Filing Taxes For The First Time? How To Get Started

Posted: Jan 16 2017, 8:54am CST | by , in News | Also on the Geek Mind

Filing Taxes for the First Time? How to Get Started
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It is officially that time of the year, tax season. While many people won't file for a few months, it is important for some people to get started now. Many of us have amassed "official tax document" mailers that may or may not be opened. As excited as many people are for a nice return, it is difficult to understand what you need so successfully complete your taxes.

So what do you need to do your taxes? What happens if you do them wrong? Do you need to hire someone to do your taxes?

The first step is that procrastinating is not the best way to deal with anything. You have to file your return by April 15, or at least file an extension form by then. If you are due a refund, the sooner you can get them in, the better.

To make everything seem less confusing, we have a few tips and tricks to help you out:

Step 1: Do I Have to File Taxes?

The first step is to see if you have to file at all. There are plenty of things that can change your filing status - schooling, age, living at home, whether your parents claim you as a dependent, and how much you earned. You are required to file a tax return if you earned more than $5,000 in many cases.

Step 2: Gather 2016 Tax Documents

Now, you have to consider all of your sources of income from 2016, including potential tax credits or deductions. You should have a W-2 form from your employer. Your W-2 is a record of how much money you earned throughout the year and how much was taken out for things like federal taxes and Social Security. If you've done freelance work, you may receive a 1099 through snail mail or online, depending on the company. Keep track of all your income - you are responsible for it.

You should also collect forms relating to student loans, including a 1098-T tuition statement.

This could all take weeks, depending on your employer, school, and other factors. Make sure to look at all of the documents you receive instead of just setting them to the side. If there is something wrong, you need to get it fixes ASAP.

Step 3: Fill Out Forms and File

Once everything is collected, you have to fill out the forms and file. Which form should you use? If you don't own real estate, you don't invest, you have no dependent children, you're under 65, and you make less than $100,000, you can file a 1040EZ, a simple form. Otherwise you will need to file a 1040A or the full 1040, which is available online at the IRS website.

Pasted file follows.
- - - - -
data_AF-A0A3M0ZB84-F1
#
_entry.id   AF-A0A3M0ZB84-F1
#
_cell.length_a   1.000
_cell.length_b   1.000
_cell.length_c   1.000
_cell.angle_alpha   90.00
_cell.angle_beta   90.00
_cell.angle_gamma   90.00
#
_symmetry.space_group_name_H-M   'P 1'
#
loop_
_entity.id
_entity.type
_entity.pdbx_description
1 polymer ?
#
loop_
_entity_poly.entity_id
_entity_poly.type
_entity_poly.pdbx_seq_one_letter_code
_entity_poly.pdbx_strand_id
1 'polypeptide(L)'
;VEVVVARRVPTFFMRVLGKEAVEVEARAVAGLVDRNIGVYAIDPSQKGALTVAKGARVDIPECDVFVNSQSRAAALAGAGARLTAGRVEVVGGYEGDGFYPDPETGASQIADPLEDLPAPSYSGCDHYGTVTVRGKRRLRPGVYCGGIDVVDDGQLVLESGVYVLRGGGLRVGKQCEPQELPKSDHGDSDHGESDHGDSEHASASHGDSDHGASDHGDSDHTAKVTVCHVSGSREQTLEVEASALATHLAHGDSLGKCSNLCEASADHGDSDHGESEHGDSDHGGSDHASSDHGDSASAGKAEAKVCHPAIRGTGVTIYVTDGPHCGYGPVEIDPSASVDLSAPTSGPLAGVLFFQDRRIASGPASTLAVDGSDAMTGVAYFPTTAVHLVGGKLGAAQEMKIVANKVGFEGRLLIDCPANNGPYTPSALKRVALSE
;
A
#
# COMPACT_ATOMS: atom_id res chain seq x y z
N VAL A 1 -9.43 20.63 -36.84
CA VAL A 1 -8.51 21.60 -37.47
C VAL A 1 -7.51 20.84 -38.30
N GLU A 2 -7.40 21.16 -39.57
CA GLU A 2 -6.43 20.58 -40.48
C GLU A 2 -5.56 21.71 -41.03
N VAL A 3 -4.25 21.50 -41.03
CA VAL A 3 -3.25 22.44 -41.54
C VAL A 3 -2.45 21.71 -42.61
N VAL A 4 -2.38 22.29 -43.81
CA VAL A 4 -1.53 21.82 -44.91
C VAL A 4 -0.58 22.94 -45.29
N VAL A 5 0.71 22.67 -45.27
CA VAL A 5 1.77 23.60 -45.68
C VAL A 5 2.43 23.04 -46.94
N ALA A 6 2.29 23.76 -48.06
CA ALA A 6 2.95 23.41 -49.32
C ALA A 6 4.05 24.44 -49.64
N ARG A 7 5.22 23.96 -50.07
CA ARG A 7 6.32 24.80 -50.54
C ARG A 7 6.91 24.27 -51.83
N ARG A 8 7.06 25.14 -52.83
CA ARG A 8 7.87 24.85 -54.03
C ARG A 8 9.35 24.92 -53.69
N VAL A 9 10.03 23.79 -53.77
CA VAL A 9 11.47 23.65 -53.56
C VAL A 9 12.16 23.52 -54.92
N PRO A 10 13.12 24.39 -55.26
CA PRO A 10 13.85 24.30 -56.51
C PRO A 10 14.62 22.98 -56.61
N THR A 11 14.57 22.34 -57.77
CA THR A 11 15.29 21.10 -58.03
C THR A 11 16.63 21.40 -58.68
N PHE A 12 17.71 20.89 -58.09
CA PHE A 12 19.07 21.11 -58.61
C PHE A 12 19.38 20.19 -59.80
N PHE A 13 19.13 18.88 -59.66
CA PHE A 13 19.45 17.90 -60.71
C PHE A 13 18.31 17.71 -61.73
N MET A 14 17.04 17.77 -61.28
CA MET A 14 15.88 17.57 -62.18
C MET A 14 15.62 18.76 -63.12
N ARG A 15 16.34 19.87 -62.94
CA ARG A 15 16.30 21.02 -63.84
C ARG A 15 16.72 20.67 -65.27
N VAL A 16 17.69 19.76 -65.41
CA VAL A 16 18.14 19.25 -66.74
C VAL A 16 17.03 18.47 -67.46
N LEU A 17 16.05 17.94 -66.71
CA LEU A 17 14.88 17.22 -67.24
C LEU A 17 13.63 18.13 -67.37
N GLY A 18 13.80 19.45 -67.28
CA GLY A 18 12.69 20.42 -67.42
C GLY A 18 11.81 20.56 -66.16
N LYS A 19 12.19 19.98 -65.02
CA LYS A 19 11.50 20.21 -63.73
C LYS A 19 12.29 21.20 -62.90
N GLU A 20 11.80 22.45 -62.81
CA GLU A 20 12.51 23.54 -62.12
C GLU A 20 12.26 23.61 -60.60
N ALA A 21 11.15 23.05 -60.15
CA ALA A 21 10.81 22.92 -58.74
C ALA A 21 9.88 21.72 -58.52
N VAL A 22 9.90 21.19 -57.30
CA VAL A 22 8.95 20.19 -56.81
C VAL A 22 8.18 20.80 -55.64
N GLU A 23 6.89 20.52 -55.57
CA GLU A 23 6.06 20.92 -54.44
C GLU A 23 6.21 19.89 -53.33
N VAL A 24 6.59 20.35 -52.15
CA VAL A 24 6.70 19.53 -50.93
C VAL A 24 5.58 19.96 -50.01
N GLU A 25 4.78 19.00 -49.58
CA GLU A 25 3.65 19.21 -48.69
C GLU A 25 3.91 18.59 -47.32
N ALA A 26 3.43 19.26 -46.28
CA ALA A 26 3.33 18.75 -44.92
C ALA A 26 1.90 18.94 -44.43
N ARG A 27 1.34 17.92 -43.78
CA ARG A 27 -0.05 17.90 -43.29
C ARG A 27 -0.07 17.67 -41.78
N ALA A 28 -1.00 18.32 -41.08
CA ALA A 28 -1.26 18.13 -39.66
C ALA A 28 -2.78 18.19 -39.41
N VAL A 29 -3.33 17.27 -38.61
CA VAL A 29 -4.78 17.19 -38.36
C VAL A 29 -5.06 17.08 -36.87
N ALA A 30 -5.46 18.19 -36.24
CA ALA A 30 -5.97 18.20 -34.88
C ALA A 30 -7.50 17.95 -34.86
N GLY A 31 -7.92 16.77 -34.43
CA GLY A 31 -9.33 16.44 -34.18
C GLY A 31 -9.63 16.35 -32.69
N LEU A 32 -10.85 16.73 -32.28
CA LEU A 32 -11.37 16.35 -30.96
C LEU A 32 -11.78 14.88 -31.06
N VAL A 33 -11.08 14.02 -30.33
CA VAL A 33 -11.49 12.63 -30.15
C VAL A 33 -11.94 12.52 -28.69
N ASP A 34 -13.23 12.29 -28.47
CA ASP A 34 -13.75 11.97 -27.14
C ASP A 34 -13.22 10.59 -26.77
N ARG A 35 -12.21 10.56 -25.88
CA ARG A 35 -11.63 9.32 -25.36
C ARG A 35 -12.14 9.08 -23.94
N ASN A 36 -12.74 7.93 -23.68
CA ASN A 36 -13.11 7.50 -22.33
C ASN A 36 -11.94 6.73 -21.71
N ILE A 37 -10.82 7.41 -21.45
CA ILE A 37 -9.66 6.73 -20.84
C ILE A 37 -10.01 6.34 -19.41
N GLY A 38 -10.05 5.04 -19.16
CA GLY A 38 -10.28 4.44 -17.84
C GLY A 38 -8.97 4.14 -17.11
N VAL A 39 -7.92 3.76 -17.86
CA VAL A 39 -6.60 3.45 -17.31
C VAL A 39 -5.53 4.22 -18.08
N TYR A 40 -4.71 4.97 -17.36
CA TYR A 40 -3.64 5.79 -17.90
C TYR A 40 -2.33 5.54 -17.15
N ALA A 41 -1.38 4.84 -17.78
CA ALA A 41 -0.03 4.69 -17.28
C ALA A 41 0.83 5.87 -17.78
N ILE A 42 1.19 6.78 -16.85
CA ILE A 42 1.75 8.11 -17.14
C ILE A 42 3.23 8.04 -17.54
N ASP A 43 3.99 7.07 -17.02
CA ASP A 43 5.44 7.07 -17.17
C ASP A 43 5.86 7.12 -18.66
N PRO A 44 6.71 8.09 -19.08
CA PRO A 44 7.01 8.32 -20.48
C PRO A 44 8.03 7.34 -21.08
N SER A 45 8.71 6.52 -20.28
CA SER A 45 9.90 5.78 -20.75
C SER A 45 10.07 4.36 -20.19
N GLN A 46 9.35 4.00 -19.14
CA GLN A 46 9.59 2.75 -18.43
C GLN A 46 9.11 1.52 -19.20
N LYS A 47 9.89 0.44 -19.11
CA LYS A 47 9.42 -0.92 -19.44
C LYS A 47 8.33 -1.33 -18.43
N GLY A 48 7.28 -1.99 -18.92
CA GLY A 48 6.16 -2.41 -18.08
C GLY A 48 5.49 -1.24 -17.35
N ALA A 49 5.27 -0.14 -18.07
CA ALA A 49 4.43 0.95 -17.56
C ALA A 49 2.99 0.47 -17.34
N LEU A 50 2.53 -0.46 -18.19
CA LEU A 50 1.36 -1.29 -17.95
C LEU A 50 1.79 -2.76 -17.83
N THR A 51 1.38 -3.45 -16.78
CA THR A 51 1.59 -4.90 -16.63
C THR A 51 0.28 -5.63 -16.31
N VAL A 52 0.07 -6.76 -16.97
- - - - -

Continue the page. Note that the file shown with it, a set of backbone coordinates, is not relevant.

For people who have never filed taxes before, doing so on paper might be easier - or at least working out the problems on paper and then electronically file.

"If you've ever seen those forms, they can get pretty scary pretty quickly," says Eric Roebuck, a senior product manager at H&R Block. Particularly helpful for tax novices hoping to claim deductions and credits, various tax software can guide you to savings with simple questions such as, "Did you get married this year?" or "Did you make payments on student-loan debt?" "You don't need to know tax laws; you just answer questions about your life," says Lisa Greene-Lewis, a CPA for TurboTax.

If you get confused, software that you can use to file does have a chat option. There are free digital filing options for people with simple returns.

Should I Get My Taxes Professionally Done?

If you have something that is more complex with your taxes, like self-employment or investment income, then you might need to get assistance. Still, it is an expensive thing to do - anywhere between $100 to over $400.

If you do this, make sure to go to someone who you trust, like a professional company that has a good name. Talk to your friends, family, and colleagues to see who they go to.

This story may contain affiliate links.


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The Author

<a href="/latest_stories/all/all/46" rel="author">Noel Diem</a>
Noel passion is to write about geek culture.




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